Posts tagged ‘public health’
What is the best way to prevent food borne illness? How effective is hospice care? What factors influence hookah use in college students? And, is raw milk safe?
These are the type of questions that public health scientists work to answer each day. Unlike other health professionals, their focus is on prevention, rather than treatment of conditions.
As the national healthcare climate begins to shift from a reactive to proactive focus – working to reduce costs and improve outcomes for those with chronic diseases through behavior management and education – the field of public health is exploding.
As Penn State Hershey’s new Master of Public Health (MPH) program celebrated the recent graduation of its second cohort of students this spring, it organized a Public Health Day Symposium at the Civil War Museum in Harrisburg to bring together nearly 100 students, faculty, government employees, policy makers and community public health practitioners.
Farrah Kauffman, deputy director of the program, said the department organized the inaugural event “to expose students to professionals in the field, and to provide them with a chance to hear about the latest and greatest of what is happening now — as well as some networking opportunities.”
Vernon Chinchilli, chair of the Department of Public Health Sciences at Penn State Hershey, said the MPH program, which began in 2011, expects to become fully accredited this June. The two-year, full-time program, designed for working professionals with evening classes, will be joined by a doctorate program, possibly as soon as fall 2015.
A new report evaluates the state of healthcare in central Pennsylvania – and lays the groundwork for efforts to make the region’s residents healthier. Penn State Milton S. Hershey Medical Center collaborated on the community health needs assessment with Holy Spirit Health System and PinnacleHealth System.
The assessment was compiled using interviews, surveys, data analysis and other methodologies. It was conducted by Tripp Umbach, a national leader in conducting health studies and assessments. Penn State Hershey, Holy Spirit and PinnacleHealth will now use the information gathered to develop individual plans to best address their community’s health needs and improve the overall health and well-being of residents of Central Pennsylvania. The findings show that there is a need for additional information and services that promote healthy lifestyles and make health education and healthcare easier to access.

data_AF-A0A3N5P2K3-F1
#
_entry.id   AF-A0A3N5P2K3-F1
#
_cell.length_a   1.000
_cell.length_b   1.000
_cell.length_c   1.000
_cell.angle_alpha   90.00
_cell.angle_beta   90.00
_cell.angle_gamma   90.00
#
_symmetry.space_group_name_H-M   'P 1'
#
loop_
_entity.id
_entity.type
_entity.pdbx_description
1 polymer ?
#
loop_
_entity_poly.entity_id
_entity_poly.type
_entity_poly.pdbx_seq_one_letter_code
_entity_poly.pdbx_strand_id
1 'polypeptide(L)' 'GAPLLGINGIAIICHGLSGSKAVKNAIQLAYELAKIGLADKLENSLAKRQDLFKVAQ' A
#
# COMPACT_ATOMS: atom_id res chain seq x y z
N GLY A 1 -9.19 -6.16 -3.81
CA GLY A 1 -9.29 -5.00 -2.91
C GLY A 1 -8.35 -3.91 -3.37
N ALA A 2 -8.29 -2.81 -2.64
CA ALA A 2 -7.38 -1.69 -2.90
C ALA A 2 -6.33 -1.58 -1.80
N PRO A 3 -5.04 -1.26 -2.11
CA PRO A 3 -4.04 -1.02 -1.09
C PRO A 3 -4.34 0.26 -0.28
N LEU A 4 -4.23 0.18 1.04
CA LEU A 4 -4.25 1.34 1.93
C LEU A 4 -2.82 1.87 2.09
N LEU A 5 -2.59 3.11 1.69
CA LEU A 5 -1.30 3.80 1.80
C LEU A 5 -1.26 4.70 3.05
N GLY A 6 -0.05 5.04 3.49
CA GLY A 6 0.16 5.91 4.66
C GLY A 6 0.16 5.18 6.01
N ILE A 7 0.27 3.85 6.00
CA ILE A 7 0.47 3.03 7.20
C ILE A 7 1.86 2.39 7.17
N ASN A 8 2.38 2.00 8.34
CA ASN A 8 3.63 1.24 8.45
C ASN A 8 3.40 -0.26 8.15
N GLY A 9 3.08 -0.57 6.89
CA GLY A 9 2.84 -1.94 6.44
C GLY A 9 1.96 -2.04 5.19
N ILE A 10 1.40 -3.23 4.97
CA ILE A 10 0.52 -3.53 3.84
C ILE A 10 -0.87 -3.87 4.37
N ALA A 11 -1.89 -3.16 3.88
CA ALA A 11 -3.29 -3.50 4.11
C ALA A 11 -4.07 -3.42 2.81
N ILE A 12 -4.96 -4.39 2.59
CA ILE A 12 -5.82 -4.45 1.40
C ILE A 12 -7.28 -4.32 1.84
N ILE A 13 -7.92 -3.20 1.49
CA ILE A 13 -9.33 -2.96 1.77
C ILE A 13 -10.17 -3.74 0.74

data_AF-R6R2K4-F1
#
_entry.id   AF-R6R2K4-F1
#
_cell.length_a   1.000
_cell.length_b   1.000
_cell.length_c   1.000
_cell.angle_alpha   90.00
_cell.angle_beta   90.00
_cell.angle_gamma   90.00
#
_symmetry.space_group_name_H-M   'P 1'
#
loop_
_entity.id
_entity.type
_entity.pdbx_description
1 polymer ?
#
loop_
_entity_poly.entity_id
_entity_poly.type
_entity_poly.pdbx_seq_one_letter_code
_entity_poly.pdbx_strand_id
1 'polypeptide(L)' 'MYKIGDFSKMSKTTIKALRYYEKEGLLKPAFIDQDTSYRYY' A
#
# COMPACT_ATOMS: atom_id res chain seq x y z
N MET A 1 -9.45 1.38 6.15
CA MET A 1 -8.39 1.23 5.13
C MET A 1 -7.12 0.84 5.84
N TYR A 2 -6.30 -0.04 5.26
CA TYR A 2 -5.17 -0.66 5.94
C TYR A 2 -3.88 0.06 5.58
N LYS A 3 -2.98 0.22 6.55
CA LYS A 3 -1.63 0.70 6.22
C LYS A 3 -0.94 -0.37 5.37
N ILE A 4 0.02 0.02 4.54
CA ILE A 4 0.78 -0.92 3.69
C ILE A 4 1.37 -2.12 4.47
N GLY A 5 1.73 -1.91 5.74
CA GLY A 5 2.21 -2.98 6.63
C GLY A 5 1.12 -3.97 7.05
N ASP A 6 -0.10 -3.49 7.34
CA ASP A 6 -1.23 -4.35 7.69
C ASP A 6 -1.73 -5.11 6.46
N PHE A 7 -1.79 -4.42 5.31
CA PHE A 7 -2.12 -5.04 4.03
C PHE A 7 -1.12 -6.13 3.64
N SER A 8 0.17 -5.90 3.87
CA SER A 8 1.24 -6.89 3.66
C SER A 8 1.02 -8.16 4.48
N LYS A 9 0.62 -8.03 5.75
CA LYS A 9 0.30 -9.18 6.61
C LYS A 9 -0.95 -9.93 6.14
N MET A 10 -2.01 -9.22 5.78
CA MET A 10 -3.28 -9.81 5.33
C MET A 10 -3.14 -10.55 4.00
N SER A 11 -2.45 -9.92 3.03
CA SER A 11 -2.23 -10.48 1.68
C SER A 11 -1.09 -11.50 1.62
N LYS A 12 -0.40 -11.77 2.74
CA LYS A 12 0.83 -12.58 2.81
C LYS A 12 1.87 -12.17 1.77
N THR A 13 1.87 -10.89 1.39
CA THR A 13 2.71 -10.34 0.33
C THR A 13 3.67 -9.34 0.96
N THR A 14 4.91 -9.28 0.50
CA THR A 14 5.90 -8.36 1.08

In its usual tradition of education innovation, the Penn State College of Medicine has recently introduced a number of new or reconfigured programs. From dual-degree programs to an exciting new Physician Assistant Program, the College of Medicine is realigning its curriculum to better prepare future physicians, nurses, and researchers for the changing landscape of the biomedical research enterprise, and the health care arena where new discoveries are applied.
The new interdisciplinary graduate program, Biomedical Sciences (BMS), is a departure from the traditional graduate programs. “Up to a year ago, our graduate programs aligned with their basic science departments. We determined that this structure wasn’t meeting how we needed to train our students for the future,” says Michael F. Verderame, Ph.D., associate dean for graduate studies, professor of medicine, and director, Medical Student Research Project. “Students can build their own curriculum to address the work that they want to do.” The first class of students just completed their second semester in May.
Many of the new programs build on the tremendous strengths that Penn State has to offer to its students. One of those areas is its Department of Public Health Sciences, where faculty has been working for several years in developing the new Master of Public Health program. The first class included thirteen students. “The fact that we’re training the future generation to participate in the improvement of health in our nation is an important contribution,” says Verderame. Also in this department is a new Ph.D. program in biostatistics. That program targets a smaller number of students, who are expected to start with the next academic year. (more…)
Researchers at Penn State College of Medicine are actively working in Hershey, with colleagues at Penn State, University Park and other Penn State campuses, and with colleagues at various institutions across the country to conduct groundbreaking research. Their discoveries continue to contribute to the advancement of health care on all levels.
Farmers markets at medical centers may contribute to greater wellness in surrounding communities while adding public health value to a market’s mission, say College of Medicine researchers who have developed and evaluated a market created at the Medical Center.
“Farmers markets are serving public health by increasing fruit and vegetable consumption, revitalizing neighborhoods, strengthening local economies, and empowering community members to learn more about the items they buy,” said Daniel George, Ph.D., M.Sc., assistant professor, Department of Humanities.